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Diagnostic Tests

Diagnostic tests in pregnancy are used to definitively confirm or rule out a chromosomal condition. These tests are invasive, which means they carry a small risk of miscarriage.  Most miscarriages will occur in the first 72 hours following a procedure, but there is still a risk of miscarriage for up to two weeks after the diagnostic test, but it is much less likely to happen.

In multiple pregnancies, diagnostic tests can be used to test each baby.  However, the risk of miscarriage is higher in multiple pregnancies so please ensure you discuss this with your healthcare provider.
 

Chorionic Villus Sampling

CVS is usually performed when a test is required in early pregnancy, commonly from around 11-14 weeks.A thin needle is passed either through the abdomen or the vagina to take a small sample from the cells of the placenta. The placenta and the baby develop from the same cells, so this can give important information about the baby's chromosomes.

The samples will be sent to the laboratory for analysis.  Initial results are usually available within three days, with a full result following at around two weeks. CVS Test results are considered to be 99% effective. Occasionally it will not be possible to perform the full testing on a placental sample.  If this happens, it it likely you will be offered an amniocentisis.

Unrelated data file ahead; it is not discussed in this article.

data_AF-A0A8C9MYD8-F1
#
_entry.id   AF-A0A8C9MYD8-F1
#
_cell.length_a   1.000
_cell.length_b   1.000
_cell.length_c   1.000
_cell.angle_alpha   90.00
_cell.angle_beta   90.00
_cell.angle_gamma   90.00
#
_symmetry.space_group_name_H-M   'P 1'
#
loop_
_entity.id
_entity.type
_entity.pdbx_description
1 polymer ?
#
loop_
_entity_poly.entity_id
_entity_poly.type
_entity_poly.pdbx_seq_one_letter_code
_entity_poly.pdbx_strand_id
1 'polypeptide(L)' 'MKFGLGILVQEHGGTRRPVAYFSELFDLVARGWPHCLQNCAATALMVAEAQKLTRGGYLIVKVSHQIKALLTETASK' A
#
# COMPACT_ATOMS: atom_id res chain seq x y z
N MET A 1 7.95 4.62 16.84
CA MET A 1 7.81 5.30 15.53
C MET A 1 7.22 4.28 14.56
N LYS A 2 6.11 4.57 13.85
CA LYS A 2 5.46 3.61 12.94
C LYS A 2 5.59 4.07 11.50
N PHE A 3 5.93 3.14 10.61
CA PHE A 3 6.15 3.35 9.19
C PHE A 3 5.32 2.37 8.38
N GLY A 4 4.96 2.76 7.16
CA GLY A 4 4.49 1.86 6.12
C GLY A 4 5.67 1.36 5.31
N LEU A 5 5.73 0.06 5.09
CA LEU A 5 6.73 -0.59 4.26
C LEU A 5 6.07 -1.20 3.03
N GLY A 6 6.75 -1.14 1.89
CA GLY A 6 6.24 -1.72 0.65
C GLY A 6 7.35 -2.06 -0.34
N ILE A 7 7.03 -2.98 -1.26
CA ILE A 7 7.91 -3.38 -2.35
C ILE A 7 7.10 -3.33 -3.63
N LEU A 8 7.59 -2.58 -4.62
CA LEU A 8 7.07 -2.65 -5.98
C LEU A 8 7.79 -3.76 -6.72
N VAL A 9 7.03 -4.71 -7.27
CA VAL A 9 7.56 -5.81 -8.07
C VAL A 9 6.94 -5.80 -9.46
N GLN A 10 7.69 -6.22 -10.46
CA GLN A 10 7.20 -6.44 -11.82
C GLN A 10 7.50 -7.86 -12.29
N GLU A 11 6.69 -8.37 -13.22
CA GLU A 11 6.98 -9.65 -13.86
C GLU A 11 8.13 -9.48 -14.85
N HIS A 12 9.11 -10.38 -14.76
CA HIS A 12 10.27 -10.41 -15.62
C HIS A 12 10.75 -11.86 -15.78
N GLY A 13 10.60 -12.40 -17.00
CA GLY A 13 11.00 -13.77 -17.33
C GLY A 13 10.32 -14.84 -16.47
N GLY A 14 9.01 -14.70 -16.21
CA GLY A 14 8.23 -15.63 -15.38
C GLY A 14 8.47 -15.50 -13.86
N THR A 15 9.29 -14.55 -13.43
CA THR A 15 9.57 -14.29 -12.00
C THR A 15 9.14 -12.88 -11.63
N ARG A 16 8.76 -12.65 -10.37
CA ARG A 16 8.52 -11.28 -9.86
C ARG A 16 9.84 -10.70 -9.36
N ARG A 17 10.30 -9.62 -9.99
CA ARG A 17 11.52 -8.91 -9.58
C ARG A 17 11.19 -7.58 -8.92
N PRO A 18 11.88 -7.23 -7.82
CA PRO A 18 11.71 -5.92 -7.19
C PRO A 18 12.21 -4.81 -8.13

CVS carries around a 1% risk of miscarriage.  The reason for this is not known.  Most miscarriages will occur in the first 72 hours following a procedure, but statstically the risk remains higher for up to 14 days.

More information on CVS can be found on the NHS website here.

Amniocentesis

Amniocentesis is a true reflection of the baby’s DNA rather than DNA from the placenta, so some women prefer to wait and have an amniocentesis rather than a CVS.

Amniocentesis is performed from 15 weeks of pregnancy onwards. (Before this time there is not enough amniotic fluid to safely take a sample). Using ultrasound scan for guidance, a needle is inserted through the woman's abdomen to obtain a small sample of amniotic fluid, which contains cells from the baby. 

The samples will be sent to the laboratory for analysis.  Initial results are usually available within three days, with a full result following at around two weeks. Amniocentesis results are considered to be 98-99% accurate. 

1 in 150 woman who have an amniocentesis will experience a miscarriage thereafter.  The reason for this is not known.  Most miscarriages will occur in the first 72 hours following a procedure, but statstically the risk remains higher for up to 14 days. 

More information on Amniocentesis can be found on the NHS website here.

Cordocentesis

This test is carried out after the 18th week of pregnancy, usually if a CVS and/or amniocentesis have been inconclusive. A needle is inserted into the mother's abdomen and a sample of the baby's blood is taken from the umbilical cord.

Results take between 4-7 days. 

The risk of miscarriage from a cordocentesis is between 1-2%.  It also carries some additional risks to the health of both mother and baby. It is important to discuss these risks with your healthcare provider. 

 

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